Many job seekers agonise over their CV – perfecting its length, choosing the right font and tweaking the layout – but what about the humble cover letter?
Even though the majority of job applications are digital, many recruiters still request a cover letter or email. Why? More than just a formality, it’s a great first-round qualifying tool and if your cover letter doesn’t tick the right boxes, the employer may not progress your application any further.
You should take just as much time crafting a cover letter as you do your CV. After all, it may even be the first thing an employer reads over and above your CV. To impress, you’ll need to do more than explain that your CV is attached and that you’d like to apply for a specific role.
Use the space to sell yourself, demonstrate your experience, highlight skills relevant to the role and explain why you want to work for the company.
There are 10 steps to creating the perfect cover letter
Use the below pointers to write something compelling the next time you apply for a job:
Find out who is hiring and address them personally. ‘Dear Sir/Madam’ has an air of laziness about it so if the advert doesn’t mention anyone specifically, find out who is recruiting with a quick call to the company.
Refer to the job you are applying for and mention where you saw the advert. It may be there are multiple positions available, so be clear in what you’re applying for and the source.
Customise for each application. The only things that should stay the same are your name and address. The rest of the cover letter should be adapted to suit the vacancy and the company.
Convey your personality. The opening paragraph is a chance for your personality to shine. You can talk more fluidly about your skills and experiences. Although a cover letter is less formal than a CV, don’t resort to slang or colloquial language.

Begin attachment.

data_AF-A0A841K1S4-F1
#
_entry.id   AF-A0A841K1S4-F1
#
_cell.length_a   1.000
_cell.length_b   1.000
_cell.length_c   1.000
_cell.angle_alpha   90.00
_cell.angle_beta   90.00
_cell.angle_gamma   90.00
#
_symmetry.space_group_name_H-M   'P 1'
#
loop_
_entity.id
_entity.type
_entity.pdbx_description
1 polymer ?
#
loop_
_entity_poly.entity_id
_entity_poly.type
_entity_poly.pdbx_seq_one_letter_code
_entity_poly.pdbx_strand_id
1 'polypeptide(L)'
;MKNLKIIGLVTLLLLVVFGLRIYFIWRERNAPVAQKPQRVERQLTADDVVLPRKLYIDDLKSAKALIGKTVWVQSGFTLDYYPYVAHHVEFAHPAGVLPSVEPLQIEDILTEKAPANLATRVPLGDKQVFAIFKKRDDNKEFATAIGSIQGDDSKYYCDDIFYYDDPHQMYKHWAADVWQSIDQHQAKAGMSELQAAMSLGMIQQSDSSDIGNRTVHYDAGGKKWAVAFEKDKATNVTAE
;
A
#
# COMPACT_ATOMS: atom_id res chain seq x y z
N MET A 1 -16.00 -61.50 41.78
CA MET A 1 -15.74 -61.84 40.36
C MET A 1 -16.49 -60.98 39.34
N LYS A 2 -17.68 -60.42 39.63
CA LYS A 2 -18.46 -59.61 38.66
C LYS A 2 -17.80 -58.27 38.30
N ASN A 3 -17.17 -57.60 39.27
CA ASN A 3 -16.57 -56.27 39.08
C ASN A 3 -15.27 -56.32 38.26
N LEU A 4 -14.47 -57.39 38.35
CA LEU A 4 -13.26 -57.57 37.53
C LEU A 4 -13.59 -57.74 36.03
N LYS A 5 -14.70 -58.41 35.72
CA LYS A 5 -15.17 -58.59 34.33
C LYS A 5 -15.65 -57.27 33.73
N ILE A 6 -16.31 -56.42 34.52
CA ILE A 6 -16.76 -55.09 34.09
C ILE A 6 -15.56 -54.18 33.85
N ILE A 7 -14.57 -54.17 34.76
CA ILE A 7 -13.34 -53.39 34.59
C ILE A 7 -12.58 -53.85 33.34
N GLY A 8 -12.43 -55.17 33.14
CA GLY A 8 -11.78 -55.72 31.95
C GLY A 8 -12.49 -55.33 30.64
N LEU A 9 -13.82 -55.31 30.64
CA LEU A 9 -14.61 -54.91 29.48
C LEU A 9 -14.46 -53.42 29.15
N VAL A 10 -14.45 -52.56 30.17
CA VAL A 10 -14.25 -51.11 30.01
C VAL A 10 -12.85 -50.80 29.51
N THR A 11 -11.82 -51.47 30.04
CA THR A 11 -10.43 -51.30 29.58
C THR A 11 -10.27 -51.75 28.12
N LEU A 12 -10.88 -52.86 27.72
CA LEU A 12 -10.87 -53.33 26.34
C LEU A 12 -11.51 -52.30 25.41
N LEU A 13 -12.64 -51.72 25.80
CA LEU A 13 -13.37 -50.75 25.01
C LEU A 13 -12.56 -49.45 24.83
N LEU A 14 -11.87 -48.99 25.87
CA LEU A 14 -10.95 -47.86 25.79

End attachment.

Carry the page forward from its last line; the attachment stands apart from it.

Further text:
Highlight your most relevant skills andexperience. While your CV is a snapshot of your whole career, a cover letter allows you to focus on previous roles and core skills that are relevant to the job you are applying for. Don’t be afraid to cite examples of projects you’ve been involved with or professional success stories.
Refer to your CV but be different from it. You should use your cover letter to draw the recruiter’s attention to specific parts but don’t paraphrase your entire CV.
Show you have researched the company. Browse their website and social medial channels (and even the trade press for mentions of the company) to really tailor your cover letter. Show you’ve done your homework by mentioning a recent launch or contract win that you find interesting.
Keep it to one page. One side of A4 and no more.
Proofread. The computer’s spell check isn’t foolproof. Always print out your cover letter and read it aloud to spot mistakes. Even better, get someone else with fresh eyes to take a look.
Give the letter a sensible file name and save in a commonly used software. If you’re emailing your cover letter, save it in Word or create a PDF but ensure your full name and job you’re applying for is in the file name.
Of course, if you’re applying for a job through a recruitment agency, then a cover letter is still highly recommended. Recruitment consultants act as gatekeepers on behalf of clients and while you can be a little less formal, you should still explain why you think your CV should be put forward and what you’re looking for in a role generally.
Claire has almost 25 years Recruitment experience. A specialist in the regional recruitment marketplace, Claire has extensive local knowledge and holds a reputation for quality, integrity, honesty and excellent matching. Heading up the HR and Office & Commercial Divisions of Bond Williams. Claire is responsible for the overall growth and …